Top Chinese economists are warning of a looming slowdown in China’s GDP growth rate, and advise a decisive structural reform to boost domestic consumption, grow the middle class, and reduce the nation’s exposure to risks from overseas.
Kristian Rouz — A new report issued by Renmin University in Beijing claims China’s GDP growth rate is set to slow down to 6.3 percent next year. Analysts have said that the Chinese economy will likely take a serious blow from the ongoing tensions in international trade, while Beijing’s effort to advance structural reforms to support the economic expansion have been too slow.
Renmin’s economists made their projections in a paper released Saturday on the China Academy of Social Sciences’ newsfeed. The experts said next year’s slowdown to 6.3 percent would mark a gradual acceleration of the so-called ‘cooling’ of the Chinese economy, which has buoyantly expanded over the past two decades.
In 2017, the Chinese economy grew by 6.9 percent, while this year Beijing expects the GDP growth rate to average at 6.5 percent for 2018.
The report from Renmin comes after China’s National Bureau of Statistics (NBS) said in a report that consumer confidence is falling across the country, while car sales dropped 11.7 percent year-on-year in October — an alarming signal for the entire Chinese manufacturing sector.
Additionally, the NBS said the real estate, e-commerce, and electronics sectors are facing weakening consumer demand as well.
The faltering consumption might undermine Beijing’s effort to advance structural reforms in the economy. The central government has sought to replace China’s exports-driven model of GDP growth by supporting the nation’s middle class, which was supposed to make domestic consumption the key driver of the Chinese economy.
However, as tensions in international trade deepen, the prospects of China’s middle class are now in jeopardy. Disruptions in global trade could greatly hurt China’s export-oriented industries, while also potentially thwarting Beijing’s development goals due to a decline in technology imports.
Additionally, China’s job security, investment flows, and the overall sustainability of the manufacturing sector could be affected.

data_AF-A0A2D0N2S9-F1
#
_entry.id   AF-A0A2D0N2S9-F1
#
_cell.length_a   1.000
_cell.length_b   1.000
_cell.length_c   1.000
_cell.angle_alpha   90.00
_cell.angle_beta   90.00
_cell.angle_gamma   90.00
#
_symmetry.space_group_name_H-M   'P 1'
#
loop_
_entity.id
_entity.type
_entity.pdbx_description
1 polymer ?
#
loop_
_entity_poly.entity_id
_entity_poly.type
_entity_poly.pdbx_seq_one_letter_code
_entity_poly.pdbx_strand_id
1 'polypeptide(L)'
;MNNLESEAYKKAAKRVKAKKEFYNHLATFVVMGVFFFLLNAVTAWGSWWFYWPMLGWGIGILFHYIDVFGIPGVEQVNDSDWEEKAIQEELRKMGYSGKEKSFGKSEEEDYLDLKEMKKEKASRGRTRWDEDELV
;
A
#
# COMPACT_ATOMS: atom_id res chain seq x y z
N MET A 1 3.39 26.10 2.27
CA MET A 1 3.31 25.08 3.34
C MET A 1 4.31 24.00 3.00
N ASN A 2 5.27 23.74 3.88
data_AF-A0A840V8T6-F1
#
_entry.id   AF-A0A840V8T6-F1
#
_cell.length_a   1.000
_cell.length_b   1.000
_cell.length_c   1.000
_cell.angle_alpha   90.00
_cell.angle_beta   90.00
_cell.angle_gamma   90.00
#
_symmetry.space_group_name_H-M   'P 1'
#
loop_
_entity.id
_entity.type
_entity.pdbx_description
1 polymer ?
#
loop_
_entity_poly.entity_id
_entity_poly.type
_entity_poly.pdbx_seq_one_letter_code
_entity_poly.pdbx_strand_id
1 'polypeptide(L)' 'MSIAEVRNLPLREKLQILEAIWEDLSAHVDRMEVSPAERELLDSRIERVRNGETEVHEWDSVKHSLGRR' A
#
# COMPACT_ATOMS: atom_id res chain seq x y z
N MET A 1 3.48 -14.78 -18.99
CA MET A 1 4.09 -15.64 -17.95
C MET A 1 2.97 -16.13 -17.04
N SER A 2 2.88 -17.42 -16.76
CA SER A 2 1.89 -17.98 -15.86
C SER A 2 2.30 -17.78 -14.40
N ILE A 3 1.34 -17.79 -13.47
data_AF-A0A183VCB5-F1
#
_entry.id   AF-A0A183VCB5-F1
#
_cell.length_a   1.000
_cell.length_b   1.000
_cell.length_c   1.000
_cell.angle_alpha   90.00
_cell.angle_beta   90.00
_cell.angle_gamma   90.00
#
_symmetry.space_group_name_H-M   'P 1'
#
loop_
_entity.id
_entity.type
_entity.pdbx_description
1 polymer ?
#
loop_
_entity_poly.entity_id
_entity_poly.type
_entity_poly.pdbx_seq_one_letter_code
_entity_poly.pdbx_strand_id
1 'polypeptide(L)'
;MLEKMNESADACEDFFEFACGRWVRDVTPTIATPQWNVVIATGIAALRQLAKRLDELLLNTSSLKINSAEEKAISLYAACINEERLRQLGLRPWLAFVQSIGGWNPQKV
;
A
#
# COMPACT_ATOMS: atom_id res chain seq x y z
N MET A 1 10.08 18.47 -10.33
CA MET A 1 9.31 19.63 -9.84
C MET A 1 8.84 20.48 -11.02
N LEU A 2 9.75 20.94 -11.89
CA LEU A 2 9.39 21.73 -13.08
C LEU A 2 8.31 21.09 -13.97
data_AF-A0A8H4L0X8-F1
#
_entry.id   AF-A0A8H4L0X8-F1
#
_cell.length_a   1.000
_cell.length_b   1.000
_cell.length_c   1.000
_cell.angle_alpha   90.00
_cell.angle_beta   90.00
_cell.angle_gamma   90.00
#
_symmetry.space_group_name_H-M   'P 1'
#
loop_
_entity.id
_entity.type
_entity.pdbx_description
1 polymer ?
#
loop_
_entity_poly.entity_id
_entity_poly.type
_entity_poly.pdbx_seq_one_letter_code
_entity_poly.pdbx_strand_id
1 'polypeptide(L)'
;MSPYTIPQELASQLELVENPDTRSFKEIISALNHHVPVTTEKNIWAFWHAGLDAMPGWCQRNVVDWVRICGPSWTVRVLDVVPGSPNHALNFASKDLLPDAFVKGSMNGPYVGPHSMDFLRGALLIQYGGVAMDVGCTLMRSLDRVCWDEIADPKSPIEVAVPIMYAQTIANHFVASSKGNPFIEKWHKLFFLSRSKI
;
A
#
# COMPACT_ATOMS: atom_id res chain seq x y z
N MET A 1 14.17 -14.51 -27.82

Facing the rising pressure, Chinese regulators have moved to advance their effort to open up the nation’s domestic market to international companies.
On Sunday, the China Banking and Insurance Regulatory Commission (CBIRC) said German insurer Allianz will be allowed to operate in the Chinese market, while Hong Kong’s Chiyu Bank would open a branch in the manufacturing hub of Shenzhen.
The CBIRC reaffirmed its commitment to ‘steadily expanding’ the opening up of the Chinese financial sector to support economic growth and investment.
However, the Renmin report also suggested China’s exports would still grow 16.1 percent next year, from a 6.1-percent increase expected this year. Experts said China will likely be able to replace some of its foreign trade partners and realign its supply chains to support exports.
Nonetheless, Renmin’s economists also warned that savings rates are on the decline across China, suggesting that effective purchasing powers of Chinese households might be gradually declining as well. The Renmin report urged the Chinese government to ramp up its efforts to support the middle class amid the mounting economic uncertainty.
Still, the report also suggested consumer spending would rise 9 percent next year, likely outpacing the GDP growth rate.
All this points to the rising degree of uncertainty in the Chinese economy as it faces rife turbulence in global trade. China is likely to weather the storm, the Renmin report suggested, but a structural reform appears to be an utmost necessity — as export-driven growth models can’t remain sustainable forever.